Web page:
It was nearing 4:00 p.m. He’d been in his singlet since before 7:00 that morning. He walked back across the mat to his line, bent down to take off his ankle band.
As he straightened up, he glanced over at the scoreboard, to confirm what he already knew. From my stance on the side of the gym, I could see his shoulders shudder, a breath drawn into his chest and held tightly. He quickly shook his opponent’s hand, the one who would leave with the medal he himself had been working for all day.
He walked towards the other coach, and his shoulders shook again. This time though, he couldn’t hold his breath in his chest and it shook his body when it came out.
Before he even turned to come back to his coach, I could tell he was crying. His whole body was silently crying. He went to his coach. He listened. He nodded. But he couldn’t stop the free flow of tears down his face.
I had a flashback to a few years prior, when I overheard a Dad kindly, and lovingly tell his son, “You can lose. You can be frustrated, even mad. But you cannot cry.”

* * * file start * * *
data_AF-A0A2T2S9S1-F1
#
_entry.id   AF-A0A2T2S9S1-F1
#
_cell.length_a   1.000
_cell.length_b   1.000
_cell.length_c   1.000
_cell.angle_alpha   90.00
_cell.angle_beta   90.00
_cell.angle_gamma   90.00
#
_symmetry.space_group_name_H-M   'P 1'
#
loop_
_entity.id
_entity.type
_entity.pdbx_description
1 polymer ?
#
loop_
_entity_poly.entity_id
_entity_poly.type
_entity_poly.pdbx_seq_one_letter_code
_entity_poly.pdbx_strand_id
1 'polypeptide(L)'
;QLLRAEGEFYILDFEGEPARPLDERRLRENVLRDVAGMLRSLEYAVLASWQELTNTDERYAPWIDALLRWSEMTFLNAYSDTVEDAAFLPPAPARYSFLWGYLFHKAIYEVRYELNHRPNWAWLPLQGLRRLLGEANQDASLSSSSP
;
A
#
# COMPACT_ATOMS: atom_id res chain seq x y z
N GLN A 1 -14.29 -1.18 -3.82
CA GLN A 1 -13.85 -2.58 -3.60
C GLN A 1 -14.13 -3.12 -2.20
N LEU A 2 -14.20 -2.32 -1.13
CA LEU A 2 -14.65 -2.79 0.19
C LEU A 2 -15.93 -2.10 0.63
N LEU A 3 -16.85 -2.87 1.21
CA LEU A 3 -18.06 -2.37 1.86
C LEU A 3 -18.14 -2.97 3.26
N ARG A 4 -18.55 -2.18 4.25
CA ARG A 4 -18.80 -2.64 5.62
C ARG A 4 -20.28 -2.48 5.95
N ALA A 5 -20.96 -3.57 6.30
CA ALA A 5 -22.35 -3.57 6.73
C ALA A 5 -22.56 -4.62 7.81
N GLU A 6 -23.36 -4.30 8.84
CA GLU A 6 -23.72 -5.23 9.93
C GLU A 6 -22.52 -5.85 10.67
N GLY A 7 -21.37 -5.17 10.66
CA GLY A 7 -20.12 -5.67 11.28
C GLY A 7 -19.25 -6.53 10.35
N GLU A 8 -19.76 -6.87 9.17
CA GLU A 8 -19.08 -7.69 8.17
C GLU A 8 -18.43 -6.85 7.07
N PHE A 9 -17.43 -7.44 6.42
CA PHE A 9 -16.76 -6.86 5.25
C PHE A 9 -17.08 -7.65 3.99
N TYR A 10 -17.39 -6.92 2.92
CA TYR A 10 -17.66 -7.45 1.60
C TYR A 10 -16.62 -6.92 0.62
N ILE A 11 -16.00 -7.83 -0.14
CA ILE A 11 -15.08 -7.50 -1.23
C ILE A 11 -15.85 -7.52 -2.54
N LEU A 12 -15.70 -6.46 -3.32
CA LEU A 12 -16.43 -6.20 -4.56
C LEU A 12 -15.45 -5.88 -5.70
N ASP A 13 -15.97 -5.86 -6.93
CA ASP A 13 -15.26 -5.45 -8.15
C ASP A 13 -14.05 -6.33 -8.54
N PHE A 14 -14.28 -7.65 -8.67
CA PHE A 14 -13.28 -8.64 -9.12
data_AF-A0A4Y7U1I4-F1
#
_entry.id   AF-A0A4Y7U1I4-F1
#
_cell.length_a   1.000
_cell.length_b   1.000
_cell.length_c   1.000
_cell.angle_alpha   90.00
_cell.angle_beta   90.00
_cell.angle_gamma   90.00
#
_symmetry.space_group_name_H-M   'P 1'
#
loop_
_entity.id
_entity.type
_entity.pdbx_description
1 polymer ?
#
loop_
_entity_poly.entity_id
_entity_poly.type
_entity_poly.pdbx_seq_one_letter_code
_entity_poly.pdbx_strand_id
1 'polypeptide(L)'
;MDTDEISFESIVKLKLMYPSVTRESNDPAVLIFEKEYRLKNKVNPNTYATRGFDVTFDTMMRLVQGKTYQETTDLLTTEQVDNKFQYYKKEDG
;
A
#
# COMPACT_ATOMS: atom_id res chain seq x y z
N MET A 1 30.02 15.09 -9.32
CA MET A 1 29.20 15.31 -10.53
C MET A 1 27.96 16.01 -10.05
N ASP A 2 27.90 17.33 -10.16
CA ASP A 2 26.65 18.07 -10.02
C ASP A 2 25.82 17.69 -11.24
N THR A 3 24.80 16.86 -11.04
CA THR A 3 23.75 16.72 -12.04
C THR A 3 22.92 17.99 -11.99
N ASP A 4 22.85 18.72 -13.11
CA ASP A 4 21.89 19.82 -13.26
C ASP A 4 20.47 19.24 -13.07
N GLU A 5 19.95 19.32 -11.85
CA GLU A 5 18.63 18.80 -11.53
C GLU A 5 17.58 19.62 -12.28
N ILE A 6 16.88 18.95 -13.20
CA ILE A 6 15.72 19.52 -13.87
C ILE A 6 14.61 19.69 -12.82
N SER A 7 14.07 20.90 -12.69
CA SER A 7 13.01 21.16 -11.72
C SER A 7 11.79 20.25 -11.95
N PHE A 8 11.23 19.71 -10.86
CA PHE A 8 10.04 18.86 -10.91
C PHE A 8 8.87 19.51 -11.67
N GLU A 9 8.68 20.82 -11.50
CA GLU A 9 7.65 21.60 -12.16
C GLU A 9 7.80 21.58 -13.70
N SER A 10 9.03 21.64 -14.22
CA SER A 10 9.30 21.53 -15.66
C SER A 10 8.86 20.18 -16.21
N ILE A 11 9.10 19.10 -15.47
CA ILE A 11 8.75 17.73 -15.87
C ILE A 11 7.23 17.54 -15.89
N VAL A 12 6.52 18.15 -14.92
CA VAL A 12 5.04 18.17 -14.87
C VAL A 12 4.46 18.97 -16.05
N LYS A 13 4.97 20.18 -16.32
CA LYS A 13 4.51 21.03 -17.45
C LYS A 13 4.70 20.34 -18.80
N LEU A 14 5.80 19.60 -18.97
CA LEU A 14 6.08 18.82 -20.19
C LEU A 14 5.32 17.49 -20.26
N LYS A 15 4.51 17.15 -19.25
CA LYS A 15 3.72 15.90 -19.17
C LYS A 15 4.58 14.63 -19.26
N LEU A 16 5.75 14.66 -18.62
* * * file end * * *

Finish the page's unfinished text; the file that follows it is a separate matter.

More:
My heart felt clenched by a fist. My mind raced. He would come to me next. He would leave his coach and come to me. I had to do this right. I wanted to hug him,hold him, tell him we would go home and watch movies and it would be OK. I wanted to take away his hurt.
But I wanted to do this right. His Dad, always measured, said over my shoulder, “He’ll be fine.”
He started across the mat, and in a moment of clarity I realized, he was experiencing something he needed to.
He wasn’t having a meltdown. He wasn’t crying tears in a fit. He wasn’t “being a baby”.
He was experiencing loss. And in a world where many will live their entire lives, never putting enough on the line to cry if they lose it, I was proud of him.
After weeks of hard work, focus, and determination, his 60 pound, seven year old body was feeling loss, hard and brutal.
And on that Sunday, in that gym, we let him cry.
I don’t know if it was right. That’s the thing about parenting, we don’t ever really know if we are doing it right.
But in a time when kids are given trophies for losing, told “good job” for barely showing up, and insulated from facing hurt and disappointment, he had stepped up to a line where he knew he risked losing it all and went after it anyway.
And he failed. And it sucked. And he was crying. And we were proud.
And next week he’ll step up again.
Kate Lambert grew up in northern Illinois, not on a farm but active in FFA and showing livestock.
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